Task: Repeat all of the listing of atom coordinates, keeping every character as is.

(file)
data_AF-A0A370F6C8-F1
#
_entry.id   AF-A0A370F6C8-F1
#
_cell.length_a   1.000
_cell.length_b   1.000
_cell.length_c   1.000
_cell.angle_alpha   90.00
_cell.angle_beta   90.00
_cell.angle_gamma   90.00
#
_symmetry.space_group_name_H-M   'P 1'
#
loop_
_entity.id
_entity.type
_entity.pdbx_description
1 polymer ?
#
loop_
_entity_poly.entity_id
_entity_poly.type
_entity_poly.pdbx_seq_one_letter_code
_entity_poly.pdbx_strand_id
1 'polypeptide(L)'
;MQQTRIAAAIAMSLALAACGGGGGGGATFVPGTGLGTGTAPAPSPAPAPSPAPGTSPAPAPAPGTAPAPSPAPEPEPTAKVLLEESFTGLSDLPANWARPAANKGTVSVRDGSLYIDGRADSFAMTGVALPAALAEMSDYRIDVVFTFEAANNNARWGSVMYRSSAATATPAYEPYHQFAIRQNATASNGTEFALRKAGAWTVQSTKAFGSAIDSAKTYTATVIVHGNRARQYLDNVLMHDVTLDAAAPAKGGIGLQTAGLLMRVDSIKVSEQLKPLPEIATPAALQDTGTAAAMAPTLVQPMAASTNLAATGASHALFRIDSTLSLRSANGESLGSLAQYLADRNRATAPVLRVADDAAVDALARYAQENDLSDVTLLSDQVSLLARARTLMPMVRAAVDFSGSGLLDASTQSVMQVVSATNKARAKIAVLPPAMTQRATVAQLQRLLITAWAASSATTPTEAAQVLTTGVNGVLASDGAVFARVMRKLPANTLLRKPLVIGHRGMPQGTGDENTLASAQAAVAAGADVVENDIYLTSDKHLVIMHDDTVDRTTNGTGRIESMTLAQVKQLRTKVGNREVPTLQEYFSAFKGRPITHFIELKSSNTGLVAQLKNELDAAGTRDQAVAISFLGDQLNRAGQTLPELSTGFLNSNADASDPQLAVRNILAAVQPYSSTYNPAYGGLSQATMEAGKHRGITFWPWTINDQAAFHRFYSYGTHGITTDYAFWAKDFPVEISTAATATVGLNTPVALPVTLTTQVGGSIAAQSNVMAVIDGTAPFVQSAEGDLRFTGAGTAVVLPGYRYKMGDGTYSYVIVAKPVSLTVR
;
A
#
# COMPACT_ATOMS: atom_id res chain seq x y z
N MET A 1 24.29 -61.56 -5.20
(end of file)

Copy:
data_AF-A0A370F6C8-F1
#
_entry.id   AF-A0A370F6C8-F1
#
_cell.length_a   1.000
_cell.length_b   1.000
_cell.length_c   1.000
_cell.angle_alpha   90.00
_cell.angle_beta   90.00
_cell.angle_gamma   90.00
#
_symmetry.space_group_name_H-M   'P 1'
#
loop_
_entity.id
_entity.type
_entity.pdbx_description
1 polymer ?
#
loop_
_entity_poly.entity_id
_entity_poly.type
_entity_poly.pdbx_seq_one_letter_code
_entity_poly.pdbx_strand_id
1 'polypeptide(L)'
;MQQTRIAAAIAMSLALAACGGGGGGGATFVPGTGLGTGTAPAPSPAPAPSPAPGTSPAPAPAPGTAPAPSPAPEPEPTAKVLLEESFTGLSDLPANWARPAANKGTVSVRDGSLYIDGRADSFAMTGVALPAALAEMSDYRIDVVFTFEAANNNARWGSVMYRSSAATATPAYEPYHQFAIRQNATASNGTEFALRKAGAWTVQSTKAFGSAIDSAKTYTATVIVHGNRARQYLDNVLMHDVTLDAAAPAKGGIGLQTAGLLMRVDSIKVSEQLKPLPEIATPAALQDTGTAAAMAPTLVQPMAASTNLAATGASHALFRIDSTLSLRSANGESLGSLAQYLADRNRATAPVLRVADDAAVDALARYAQENDLSDVTLLSDQVSLLARARTLMPMVRAAVDFSGSGLLDASTQSVMQVVSATNKARAKIAVLPPAMTQRATVAQLQRLLITAWAASSATTPTEAAQVLTTGVNGVLASDGAVFARVMRKLPANTLLRKPLVIGHRGMPQGTGDENTLASAQAAVAAGADVVENDIYLTSDKHLVIMHDDTVDRTTNGTGRIESMTLAQVKQLRTKVGNREVPTLQEYFSAFKGRPITHFIELKSSNTGLVAQLKNELDAAGTRDQAVAISFLGDQLNRAGQTLPELSTGFLNSNADASDPQLAVRNILAAVQPYSSTYNPAYGGLSQATMEAGKHRGITFWPWTINDQAAFHRFYSYGTHGITTDYAFWAKDFPVEISTAATATVGLNTPVALPVTLTTQVGGSIAAQSNVMAVIDGTAPFVQSAEGDLRFTGAGTAVVLPGYRYKMGDGTYSYVIVAKPVSLTVR
;
A
#
# COMPACT_ATOMS: atom_id res chain seq x y z
N MET A 1 24.29 -61.56 -5.20